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Managing Hair Regrowth After Chemo

living with cancerYour chemo treatment is finally complete. You’ve made it through a really rigorous course of treatment, and now you’re starting to feel more like yourself again. That means your hair will start to come back, but hair regrowth after chemo can sometimes feel awkward even if you’re excited for it. Your hair contributes directly to your self-esteem and feeling more like your healthy self. Getting your hair back to pre-chemo length and style, however, can be a process that takes longer than you may hope for.

What You Can Expect

Managing hair regrowth after chemo can be more emotional than you’d expect. You may be feeling frustrated or even depressed that you have a reminder of your chemo when you look in the mirror. Make sure you’re getting the emotional support you need by talking to a therapist with experience treating cancer survivors.

You can also expect some surprises with your new hair growth. Many cancer survivors report that their hair is different when it regrows after chemo. Your once curly hair may grow in straight, or your thick mane may be thinner than before your treatment. These changes can be unnerving, but with a bit of help from a trusted stylist, like the staff at Flourish Boutique, you can learn how to work with your locks and embrace your new look.

The Awkward Phase

As your hair grows back after chemo, you will go through a few awkward phases when your hair isn’t quite the length you would like. During these in-between times, make an appointment with your hair stylist or find one that specializes in working with cancer survivors, to experiment with your length. You might be surprised at the amount of options you have.

Shorter haircuts aren’t just stylish, but they’re more versatile than you’d initially expect. No matter what type of style you prefer, there’s a short look that will work for you. A shaved or partially shaved head sends a strong, edgy vibe, while pixie cuts can be more graceful and demure. Pinterest has a ton of ideas that you can bring to your stylist for inspiration.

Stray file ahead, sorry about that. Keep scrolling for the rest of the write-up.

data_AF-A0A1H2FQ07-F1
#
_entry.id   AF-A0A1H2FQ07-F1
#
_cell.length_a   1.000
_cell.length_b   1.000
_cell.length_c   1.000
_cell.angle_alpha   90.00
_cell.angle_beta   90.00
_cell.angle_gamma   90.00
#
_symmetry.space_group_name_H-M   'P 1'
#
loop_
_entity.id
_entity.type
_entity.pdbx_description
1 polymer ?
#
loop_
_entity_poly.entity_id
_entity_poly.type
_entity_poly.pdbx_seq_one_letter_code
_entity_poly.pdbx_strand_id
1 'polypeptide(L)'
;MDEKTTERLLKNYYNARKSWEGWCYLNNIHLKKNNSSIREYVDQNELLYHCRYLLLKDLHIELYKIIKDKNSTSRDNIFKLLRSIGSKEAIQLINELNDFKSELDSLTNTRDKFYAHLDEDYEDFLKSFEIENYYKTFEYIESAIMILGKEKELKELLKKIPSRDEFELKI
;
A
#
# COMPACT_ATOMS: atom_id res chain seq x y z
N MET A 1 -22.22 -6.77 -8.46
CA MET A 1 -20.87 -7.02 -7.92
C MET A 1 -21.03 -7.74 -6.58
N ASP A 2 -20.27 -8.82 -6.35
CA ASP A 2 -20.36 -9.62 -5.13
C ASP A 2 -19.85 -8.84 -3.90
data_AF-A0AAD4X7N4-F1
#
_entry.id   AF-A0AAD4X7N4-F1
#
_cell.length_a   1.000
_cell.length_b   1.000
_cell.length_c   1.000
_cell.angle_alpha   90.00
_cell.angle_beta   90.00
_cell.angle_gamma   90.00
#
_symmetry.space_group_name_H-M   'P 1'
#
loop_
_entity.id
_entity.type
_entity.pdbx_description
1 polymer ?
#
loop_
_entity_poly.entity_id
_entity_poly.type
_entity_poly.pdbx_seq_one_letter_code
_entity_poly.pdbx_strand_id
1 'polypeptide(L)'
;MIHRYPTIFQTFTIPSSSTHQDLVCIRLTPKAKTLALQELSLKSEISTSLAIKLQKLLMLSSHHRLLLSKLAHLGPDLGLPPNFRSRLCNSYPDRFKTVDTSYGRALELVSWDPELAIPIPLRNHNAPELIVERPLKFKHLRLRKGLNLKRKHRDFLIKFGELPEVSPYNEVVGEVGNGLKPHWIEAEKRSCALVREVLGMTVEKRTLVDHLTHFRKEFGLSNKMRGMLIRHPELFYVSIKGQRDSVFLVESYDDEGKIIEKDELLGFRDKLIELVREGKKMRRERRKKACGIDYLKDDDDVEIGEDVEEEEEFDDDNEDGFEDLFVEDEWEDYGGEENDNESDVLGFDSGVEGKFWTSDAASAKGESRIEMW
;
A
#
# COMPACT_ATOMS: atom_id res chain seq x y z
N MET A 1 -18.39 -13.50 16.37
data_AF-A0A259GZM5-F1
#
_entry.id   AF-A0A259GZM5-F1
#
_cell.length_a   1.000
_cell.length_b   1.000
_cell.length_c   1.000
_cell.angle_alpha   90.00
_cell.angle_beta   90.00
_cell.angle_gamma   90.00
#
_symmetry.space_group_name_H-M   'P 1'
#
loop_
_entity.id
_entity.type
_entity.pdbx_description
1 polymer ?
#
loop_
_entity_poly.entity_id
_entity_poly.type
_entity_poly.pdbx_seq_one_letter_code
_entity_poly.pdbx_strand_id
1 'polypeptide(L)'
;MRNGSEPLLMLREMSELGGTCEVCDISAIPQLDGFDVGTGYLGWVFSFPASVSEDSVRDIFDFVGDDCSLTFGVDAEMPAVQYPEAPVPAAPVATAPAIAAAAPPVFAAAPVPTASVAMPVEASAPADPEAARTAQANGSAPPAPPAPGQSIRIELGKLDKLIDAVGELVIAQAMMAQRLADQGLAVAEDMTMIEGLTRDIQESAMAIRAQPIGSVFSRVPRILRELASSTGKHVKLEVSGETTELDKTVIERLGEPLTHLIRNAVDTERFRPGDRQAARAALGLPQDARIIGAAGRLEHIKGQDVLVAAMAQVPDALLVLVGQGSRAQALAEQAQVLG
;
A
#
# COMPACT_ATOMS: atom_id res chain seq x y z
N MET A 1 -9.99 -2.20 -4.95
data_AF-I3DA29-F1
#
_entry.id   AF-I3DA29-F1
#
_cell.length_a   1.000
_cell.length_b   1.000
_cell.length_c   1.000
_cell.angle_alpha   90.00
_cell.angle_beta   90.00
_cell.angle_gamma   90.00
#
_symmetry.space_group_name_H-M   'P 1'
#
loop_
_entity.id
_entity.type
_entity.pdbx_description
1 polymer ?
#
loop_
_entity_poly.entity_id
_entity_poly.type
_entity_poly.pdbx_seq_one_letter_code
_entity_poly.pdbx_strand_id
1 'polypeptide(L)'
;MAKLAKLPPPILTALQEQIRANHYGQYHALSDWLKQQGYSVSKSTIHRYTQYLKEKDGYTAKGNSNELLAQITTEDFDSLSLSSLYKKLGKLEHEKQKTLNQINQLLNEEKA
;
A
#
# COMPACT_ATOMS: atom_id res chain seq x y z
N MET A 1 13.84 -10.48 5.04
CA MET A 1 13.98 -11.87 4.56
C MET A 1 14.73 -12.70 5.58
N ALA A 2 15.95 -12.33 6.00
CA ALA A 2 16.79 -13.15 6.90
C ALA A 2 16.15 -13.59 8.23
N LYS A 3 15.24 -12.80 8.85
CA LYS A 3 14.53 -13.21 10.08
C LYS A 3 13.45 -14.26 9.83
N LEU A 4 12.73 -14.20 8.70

“To get to the pixie stage free of tears, keep the sides and back portion of your hair shorter while you grow out the top,” says Refinery 29. While it may seem counterintuitive to trim your newly regrown hair, the logic here is that tidy sides and back will keep you from looking shaggy or weighed down, while the longer top of your head will contribute to the overall length of your hair. It will eventually create a stylish foundation for longer hair that you can build upon without worrying about looking awkward.

Put on the Ritz

To help you feel confident with your new hairstyle, consider adding in some fun accessories like headwraps, decorative hair clips, or headbands. Alternately, you can draw attention to other parts of your body that you love. Splurge on new eye shadow, or use contouring to highlight the strong facial structure your shorter cut accentuates. Take comfort from the fact that you’ll feel more like yourself soon. Patience, while difficult during this time, will prove to be your best ally.

Managing hair regrowth after chemo can be tough, but you have been through more difficult situations during your treatment cycle. Your hair should be a reminder of how strong you are and how far you’ve come. Have some fun in your stylist’s chair, and you will be back to yourself before you know it.

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